NEW YORK -- AT&T Corp. will start charging long-distance customers a minimum of $3 a month in a bid to pare losses from those who don't make a lot of calls.
The minimum charge takes effect Saturday for new AT&T customers who sign up for calling plans, and on Jan. 1 for all current customers who change calling plans covering long-distance calls.
AT&T, the nation's largest long-distance company, said it loses $300 million a year on the 15-20 percent of its 70 million customers who spend less than $3 a month on long-distance calls. The company estimates 15 percent of new customers spend less than $3 a month. The costs stem from such expenses as bill processing and customer service.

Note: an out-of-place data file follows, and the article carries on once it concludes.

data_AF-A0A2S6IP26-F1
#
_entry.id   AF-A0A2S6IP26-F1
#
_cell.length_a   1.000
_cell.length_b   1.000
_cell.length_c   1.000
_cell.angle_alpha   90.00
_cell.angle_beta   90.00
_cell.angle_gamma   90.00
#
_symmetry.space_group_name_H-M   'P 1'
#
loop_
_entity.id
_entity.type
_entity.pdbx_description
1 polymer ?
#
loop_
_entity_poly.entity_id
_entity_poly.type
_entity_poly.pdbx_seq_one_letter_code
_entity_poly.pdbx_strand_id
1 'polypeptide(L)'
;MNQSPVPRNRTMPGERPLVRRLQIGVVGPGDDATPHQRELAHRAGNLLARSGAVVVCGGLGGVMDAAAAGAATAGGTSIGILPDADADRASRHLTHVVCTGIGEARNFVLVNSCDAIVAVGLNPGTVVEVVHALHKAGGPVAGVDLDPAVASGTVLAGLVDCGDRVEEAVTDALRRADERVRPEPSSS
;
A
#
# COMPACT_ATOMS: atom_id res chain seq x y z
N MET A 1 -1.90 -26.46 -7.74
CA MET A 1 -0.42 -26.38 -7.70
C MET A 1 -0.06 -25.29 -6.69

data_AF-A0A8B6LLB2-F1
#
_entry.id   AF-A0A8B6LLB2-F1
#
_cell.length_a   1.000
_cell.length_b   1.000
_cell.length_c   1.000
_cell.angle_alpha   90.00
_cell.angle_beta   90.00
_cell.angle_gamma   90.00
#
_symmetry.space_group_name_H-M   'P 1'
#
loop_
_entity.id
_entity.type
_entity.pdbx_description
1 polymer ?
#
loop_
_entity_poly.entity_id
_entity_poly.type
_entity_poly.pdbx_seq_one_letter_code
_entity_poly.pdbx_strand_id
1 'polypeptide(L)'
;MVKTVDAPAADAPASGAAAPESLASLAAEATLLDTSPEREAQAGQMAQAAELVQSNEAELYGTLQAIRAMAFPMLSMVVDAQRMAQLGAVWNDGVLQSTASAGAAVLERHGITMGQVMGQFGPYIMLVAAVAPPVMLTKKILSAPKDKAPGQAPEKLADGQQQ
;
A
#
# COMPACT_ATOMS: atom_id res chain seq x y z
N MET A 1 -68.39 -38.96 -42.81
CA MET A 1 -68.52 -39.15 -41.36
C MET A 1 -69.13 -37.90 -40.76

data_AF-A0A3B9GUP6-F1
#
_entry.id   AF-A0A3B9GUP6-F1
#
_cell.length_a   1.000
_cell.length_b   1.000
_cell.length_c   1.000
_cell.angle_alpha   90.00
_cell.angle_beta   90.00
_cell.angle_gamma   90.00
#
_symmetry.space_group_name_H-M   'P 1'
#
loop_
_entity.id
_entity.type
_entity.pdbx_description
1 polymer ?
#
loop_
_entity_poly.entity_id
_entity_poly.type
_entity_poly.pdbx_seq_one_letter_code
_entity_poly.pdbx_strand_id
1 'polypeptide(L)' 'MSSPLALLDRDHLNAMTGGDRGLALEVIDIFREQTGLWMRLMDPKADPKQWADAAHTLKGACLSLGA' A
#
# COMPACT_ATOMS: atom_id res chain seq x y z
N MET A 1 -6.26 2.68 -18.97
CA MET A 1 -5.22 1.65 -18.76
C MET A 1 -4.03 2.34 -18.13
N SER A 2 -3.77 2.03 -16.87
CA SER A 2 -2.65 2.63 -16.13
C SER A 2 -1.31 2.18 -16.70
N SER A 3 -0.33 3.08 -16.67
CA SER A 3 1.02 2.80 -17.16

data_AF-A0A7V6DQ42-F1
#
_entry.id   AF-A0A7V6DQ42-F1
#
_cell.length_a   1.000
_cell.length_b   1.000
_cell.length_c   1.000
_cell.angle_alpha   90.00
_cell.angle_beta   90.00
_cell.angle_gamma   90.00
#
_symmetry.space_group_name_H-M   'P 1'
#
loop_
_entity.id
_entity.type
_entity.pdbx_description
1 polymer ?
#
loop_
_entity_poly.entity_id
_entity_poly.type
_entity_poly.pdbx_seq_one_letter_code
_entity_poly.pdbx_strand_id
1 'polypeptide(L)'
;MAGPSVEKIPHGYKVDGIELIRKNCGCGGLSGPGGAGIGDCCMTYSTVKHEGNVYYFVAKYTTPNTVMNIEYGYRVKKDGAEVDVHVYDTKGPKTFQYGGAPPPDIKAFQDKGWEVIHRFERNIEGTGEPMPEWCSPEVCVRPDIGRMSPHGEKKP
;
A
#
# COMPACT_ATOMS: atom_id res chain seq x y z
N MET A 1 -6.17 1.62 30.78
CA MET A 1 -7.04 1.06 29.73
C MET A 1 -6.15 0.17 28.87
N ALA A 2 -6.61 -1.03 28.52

The minimum fee is part of a broad cost-cutting drive by AT&T chairman C. Michael Armstrong as he tries to revive lackluster revenues in the company's core telephone business.
Customers will pay the minimum charge only for those months when their long distance charges amount to less than $3. For example, someone spending $2.50 in a given month would pay 50 cents more to meet the minimum.
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